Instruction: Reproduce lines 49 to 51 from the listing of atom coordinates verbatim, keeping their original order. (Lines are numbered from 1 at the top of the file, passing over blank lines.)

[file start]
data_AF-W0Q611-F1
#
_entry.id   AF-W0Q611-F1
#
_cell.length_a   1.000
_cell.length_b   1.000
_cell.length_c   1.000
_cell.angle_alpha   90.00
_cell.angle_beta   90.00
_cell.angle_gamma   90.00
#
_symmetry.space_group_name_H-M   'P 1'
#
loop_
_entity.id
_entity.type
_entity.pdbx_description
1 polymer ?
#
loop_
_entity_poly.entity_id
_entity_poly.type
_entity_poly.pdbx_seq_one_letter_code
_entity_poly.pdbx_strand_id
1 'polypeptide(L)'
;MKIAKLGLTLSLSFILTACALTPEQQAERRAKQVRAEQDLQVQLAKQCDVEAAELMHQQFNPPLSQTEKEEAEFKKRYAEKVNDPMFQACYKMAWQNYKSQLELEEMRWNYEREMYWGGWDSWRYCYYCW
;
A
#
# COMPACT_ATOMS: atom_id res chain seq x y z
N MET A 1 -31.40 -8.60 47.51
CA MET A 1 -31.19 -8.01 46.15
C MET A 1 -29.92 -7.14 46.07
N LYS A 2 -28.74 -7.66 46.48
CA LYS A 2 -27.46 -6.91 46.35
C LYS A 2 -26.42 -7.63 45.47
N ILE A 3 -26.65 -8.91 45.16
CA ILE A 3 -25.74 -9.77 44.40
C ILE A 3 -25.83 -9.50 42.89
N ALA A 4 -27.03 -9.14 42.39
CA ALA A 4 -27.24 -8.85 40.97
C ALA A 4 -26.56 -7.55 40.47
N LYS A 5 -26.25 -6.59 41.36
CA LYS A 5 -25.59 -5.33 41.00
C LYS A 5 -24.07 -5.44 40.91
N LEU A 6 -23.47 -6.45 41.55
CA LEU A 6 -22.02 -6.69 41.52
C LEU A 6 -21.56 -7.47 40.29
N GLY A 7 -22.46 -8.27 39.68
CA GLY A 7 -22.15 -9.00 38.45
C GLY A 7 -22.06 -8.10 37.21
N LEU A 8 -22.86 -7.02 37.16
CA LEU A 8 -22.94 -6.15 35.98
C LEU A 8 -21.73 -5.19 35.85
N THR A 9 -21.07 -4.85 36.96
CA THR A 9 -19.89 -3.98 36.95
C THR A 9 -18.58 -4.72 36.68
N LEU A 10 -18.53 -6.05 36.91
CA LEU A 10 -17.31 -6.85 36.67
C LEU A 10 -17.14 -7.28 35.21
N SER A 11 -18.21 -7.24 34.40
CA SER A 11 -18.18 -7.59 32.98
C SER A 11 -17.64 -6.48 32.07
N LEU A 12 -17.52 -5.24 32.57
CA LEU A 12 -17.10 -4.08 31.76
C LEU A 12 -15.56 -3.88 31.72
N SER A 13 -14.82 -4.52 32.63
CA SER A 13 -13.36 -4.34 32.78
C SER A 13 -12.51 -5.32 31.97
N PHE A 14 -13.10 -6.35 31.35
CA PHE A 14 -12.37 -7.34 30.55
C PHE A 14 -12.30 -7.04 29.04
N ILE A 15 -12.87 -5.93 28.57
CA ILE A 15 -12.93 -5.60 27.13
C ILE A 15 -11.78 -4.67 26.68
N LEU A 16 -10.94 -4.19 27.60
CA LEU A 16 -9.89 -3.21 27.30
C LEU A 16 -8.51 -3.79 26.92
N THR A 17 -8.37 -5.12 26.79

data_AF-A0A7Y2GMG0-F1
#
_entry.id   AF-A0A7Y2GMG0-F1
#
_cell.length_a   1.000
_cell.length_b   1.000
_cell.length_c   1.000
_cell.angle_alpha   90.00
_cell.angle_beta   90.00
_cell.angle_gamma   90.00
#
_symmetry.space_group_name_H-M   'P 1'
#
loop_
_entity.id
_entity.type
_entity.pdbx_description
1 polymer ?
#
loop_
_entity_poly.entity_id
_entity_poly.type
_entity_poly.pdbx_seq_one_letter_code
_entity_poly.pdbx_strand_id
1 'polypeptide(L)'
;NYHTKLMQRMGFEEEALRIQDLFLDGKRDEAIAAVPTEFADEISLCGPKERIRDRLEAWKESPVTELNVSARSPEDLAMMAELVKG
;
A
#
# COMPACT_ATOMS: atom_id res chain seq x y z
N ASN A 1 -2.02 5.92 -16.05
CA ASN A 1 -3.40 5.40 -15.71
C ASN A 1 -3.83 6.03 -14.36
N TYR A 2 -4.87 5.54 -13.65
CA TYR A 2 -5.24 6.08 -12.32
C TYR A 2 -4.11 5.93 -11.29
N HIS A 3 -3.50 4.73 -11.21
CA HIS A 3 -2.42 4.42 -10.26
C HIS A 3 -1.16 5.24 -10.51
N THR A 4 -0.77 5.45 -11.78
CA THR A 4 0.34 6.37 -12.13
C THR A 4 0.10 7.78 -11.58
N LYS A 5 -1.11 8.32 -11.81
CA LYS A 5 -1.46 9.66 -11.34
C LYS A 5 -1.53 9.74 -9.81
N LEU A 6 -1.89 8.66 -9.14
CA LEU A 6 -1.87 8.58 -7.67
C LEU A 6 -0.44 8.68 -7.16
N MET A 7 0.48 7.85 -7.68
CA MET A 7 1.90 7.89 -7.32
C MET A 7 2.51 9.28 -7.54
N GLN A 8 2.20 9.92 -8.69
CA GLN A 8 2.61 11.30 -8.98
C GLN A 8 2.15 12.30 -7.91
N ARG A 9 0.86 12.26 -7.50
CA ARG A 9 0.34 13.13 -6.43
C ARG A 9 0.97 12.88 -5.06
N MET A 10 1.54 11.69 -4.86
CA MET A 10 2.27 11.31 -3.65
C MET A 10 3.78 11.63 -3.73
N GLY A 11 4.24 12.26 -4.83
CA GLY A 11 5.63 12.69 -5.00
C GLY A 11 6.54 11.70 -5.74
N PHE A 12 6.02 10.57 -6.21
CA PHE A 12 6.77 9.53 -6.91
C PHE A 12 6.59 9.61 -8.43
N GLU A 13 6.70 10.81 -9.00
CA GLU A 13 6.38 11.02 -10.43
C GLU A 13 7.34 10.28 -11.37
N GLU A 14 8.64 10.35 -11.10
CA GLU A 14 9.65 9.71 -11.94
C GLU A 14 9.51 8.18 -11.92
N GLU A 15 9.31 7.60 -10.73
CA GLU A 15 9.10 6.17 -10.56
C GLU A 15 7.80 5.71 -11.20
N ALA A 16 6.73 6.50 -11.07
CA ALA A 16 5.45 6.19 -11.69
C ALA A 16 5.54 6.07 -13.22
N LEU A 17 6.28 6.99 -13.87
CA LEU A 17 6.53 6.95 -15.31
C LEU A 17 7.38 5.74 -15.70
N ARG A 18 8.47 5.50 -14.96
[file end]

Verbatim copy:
N GLY A 7 -22.46 -8.27 39.68
CA GLY A 7 -22.15 -9.00 38.45
C GLY A 7 -22.06 -8.10 37.21